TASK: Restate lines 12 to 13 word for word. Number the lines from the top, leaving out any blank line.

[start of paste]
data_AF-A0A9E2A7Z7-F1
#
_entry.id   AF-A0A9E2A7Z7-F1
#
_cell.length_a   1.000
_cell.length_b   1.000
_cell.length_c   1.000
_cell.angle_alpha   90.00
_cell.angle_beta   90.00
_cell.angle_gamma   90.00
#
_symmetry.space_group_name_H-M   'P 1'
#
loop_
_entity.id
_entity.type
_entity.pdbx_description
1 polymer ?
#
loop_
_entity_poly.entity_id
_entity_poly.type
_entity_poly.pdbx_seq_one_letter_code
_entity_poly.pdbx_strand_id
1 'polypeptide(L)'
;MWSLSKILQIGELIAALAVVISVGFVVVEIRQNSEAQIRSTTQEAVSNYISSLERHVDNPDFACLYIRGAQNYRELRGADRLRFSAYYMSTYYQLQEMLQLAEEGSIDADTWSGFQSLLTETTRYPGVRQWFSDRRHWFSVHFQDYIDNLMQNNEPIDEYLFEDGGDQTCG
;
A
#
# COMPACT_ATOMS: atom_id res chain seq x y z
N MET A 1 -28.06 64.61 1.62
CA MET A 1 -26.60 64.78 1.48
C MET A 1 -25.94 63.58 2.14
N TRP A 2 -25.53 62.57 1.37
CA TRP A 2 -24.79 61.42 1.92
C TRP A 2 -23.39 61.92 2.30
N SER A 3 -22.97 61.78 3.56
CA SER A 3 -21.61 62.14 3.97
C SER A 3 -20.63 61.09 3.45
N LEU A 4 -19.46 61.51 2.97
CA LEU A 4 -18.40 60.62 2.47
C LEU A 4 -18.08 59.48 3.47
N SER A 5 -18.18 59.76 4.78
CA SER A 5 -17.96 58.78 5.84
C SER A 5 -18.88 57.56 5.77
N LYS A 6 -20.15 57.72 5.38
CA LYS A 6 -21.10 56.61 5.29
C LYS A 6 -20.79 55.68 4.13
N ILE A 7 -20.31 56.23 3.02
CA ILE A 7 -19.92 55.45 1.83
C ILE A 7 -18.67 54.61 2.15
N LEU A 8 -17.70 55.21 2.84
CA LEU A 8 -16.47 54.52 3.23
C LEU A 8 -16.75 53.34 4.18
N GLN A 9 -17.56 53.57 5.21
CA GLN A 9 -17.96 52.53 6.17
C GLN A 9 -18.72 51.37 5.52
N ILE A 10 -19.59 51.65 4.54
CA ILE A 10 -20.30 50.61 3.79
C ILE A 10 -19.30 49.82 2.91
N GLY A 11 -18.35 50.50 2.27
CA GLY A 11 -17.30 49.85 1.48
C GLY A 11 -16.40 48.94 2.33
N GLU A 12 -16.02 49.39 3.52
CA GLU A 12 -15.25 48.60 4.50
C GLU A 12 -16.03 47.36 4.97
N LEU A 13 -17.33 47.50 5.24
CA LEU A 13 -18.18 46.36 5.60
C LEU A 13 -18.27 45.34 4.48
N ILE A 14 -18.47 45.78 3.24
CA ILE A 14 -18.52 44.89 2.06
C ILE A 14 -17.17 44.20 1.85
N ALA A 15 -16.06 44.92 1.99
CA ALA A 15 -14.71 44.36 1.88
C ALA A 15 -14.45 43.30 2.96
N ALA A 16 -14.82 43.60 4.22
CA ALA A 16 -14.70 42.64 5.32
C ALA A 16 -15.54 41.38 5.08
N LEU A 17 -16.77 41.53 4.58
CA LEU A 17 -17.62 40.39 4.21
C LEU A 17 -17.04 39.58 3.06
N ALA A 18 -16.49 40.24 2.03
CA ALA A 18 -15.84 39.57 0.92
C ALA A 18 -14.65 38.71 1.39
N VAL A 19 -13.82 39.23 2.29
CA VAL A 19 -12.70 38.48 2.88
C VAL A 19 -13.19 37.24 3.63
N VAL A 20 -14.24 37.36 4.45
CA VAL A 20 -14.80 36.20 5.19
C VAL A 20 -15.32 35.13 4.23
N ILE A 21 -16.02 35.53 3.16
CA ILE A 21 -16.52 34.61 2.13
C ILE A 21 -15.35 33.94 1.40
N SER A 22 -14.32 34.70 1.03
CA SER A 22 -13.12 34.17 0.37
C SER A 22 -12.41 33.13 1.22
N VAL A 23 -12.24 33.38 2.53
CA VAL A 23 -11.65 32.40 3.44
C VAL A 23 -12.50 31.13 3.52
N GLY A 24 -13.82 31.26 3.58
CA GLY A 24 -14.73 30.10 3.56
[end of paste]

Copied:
_symmetry.space_group_name_H-M   'P 1'
#